Biblical scholars and general students of the Bible typically have at least a few commentaries on a particular book of the Scriptures. These are wonderful tools for learning, indeed. However, Philip Wesley Comfort’s recently published work, A Commentary on the Manuscripts and Text of the New Testament, is a different type of commentary altogether. As the name indicates, Comfort’s book comments on the available manuscripts available to us. Specifically, this is a resource for helping students of the New Testament do “lower criticism,” and a good one at that.
This is a fairly unique work, though it is not quite accessible for the average “layperson” who has no or little Greek proficiency. The first 126 pages provide readers with a significant amount of data on the nearly 6,000 manuscripts that are available. Comfort then proceeds in going book-by-book of the New Testament, and even looking at individual verses, to properly evaluate the textual information for Scripture. In my opinion, while the book-by-book section is helpful, the most valuable part of Comfort’s text is his section on the manuscripts themselves. While exegetical commentaries go into a great depth pertaining to the verse-by-vese textual issues, I don’t really know of a commentary on a particular book of the Bible that is as comprehensive on analyzing the actual manuscripts.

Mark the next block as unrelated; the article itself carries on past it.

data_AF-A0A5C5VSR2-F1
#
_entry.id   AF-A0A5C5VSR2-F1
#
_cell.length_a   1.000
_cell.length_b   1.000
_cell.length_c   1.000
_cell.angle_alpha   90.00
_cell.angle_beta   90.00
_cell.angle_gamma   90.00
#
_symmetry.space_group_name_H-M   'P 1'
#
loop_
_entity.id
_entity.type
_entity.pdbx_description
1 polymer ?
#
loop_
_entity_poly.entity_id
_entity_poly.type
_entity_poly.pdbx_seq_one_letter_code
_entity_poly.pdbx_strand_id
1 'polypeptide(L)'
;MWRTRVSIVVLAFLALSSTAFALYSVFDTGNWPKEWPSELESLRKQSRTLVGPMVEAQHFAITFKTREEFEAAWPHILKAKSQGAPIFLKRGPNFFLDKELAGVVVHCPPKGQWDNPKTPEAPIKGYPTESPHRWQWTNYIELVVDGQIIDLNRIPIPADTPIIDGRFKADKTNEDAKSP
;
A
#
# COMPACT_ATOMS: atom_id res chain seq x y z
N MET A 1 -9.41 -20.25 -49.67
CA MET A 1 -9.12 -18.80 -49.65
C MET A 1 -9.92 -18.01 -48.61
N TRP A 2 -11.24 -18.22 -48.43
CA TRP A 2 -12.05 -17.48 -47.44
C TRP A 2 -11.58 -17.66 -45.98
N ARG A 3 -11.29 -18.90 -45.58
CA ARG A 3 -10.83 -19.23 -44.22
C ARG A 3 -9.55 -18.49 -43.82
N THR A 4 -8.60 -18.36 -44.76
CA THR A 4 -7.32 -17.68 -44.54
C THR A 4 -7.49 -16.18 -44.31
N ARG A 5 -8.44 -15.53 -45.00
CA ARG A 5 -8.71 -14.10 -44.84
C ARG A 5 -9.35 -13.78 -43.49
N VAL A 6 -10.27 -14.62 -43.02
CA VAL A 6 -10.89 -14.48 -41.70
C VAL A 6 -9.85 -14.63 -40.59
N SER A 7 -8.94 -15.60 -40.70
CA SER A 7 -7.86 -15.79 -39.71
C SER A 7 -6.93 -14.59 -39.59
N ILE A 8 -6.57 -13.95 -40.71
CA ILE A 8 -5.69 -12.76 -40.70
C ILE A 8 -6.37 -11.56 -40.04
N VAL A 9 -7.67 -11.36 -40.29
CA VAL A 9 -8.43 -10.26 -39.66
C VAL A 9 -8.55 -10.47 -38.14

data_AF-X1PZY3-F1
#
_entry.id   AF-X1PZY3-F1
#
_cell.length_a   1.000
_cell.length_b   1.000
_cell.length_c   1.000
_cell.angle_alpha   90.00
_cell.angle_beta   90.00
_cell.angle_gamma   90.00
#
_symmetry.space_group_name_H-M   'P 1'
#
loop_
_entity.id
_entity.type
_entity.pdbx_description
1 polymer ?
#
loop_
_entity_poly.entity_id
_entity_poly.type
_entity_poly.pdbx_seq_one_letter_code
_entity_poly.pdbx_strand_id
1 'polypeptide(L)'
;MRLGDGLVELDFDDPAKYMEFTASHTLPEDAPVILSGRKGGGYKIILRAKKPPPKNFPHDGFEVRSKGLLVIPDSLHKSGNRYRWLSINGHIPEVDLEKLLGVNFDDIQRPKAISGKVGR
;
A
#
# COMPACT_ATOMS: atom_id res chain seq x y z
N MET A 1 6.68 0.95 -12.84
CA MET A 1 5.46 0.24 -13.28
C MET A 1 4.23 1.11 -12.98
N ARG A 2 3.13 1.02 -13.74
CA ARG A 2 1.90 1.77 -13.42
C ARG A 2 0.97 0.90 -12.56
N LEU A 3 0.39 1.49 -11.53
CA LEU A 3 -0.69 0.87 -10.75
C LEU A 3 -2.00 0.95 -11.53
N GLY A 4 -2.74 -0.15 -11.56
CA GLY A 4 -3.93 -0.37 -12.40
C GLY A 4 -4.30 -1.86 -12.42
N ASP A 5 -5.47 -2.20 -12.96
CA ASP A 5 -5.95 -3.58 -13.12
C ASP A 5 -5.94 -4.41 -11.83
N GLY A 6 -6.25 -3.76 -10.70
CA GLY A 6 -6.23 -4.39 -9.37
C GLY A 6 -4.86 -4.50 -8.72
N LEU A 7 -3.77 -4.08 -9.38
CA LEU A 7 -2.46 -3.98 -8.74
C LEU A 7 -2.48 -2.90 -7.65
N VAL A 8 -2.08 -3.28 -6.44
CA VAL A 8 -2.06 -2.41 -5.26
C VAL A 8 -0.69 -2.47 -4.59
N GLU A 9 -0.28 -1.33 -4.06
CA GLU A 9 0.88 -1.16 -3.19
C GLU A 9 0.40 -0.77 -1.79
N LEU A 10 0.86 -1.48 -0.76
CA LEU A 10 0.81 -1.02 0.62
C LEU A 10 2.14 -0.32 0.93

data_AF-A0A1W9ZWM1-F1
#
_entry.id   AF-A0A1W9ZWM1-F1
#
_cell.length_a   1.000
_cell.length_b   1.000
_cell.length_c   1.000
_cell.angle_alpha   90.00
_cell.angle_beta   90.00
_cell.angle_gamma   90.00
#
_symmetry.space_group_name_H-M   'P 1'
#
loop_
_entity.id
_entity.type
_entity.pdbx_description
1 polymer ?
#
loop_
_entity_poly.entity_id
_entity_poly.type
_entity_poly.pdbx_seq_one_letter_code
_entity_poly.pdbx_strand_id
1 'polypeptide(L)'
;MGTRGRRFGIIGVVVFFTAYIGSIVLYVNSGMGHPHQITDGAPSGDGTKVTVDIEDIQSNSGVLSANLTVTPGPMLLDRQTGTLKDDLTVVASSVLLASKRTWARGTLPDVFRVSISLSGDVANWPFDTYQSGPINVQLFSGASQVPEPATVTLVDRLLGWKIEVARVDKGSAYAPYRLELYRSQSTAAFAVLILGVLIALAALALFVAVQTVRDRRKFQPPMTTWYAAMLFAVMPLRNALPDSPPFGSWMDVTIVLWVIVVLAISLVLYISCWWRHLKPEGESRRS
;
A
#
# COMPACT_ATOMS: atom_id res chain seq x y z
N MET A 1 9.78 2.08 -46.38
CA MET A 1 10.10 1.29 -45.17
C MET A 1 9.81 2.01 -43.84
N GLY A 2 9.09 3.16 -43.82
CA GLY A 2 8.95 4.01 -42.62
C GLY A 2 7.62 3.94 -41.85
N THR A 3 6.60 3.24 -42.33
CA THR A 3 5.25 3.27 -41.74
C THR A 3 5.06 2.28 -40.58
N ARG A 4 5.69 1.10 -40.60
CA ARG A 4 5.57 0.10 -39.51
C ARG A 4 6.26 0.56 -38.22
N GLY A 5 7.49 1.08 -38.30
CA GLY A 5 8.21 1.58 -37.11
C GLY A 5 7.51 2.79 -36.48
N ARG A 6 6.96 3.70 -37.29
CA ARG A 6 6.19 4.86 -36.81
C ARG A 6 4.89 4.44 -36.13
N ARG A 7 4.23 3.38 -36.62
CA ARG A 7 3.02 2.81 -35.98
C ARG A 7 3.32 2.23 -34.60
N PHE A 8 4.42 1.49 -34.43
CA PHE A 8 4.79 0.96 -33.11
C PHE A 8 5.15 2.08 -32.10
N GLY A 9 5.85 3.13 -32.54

One surprising feature for me was that, despite there being plenty of great textual data, the physical book itself is quite concise. So, if space is a concern for a work that is basically a reference book, then A Commentary on the Manuscripts and Text of the New Testament would be a good fit (literally). I would say that the ideal audience for this book would be biblical scholars, particularly New Testament specialists. While I don’t think that it is necessarily a “must have” book for pastors, it certainly would be a valuable resource, particularly if the pastor has at least a working proficiency of Greek.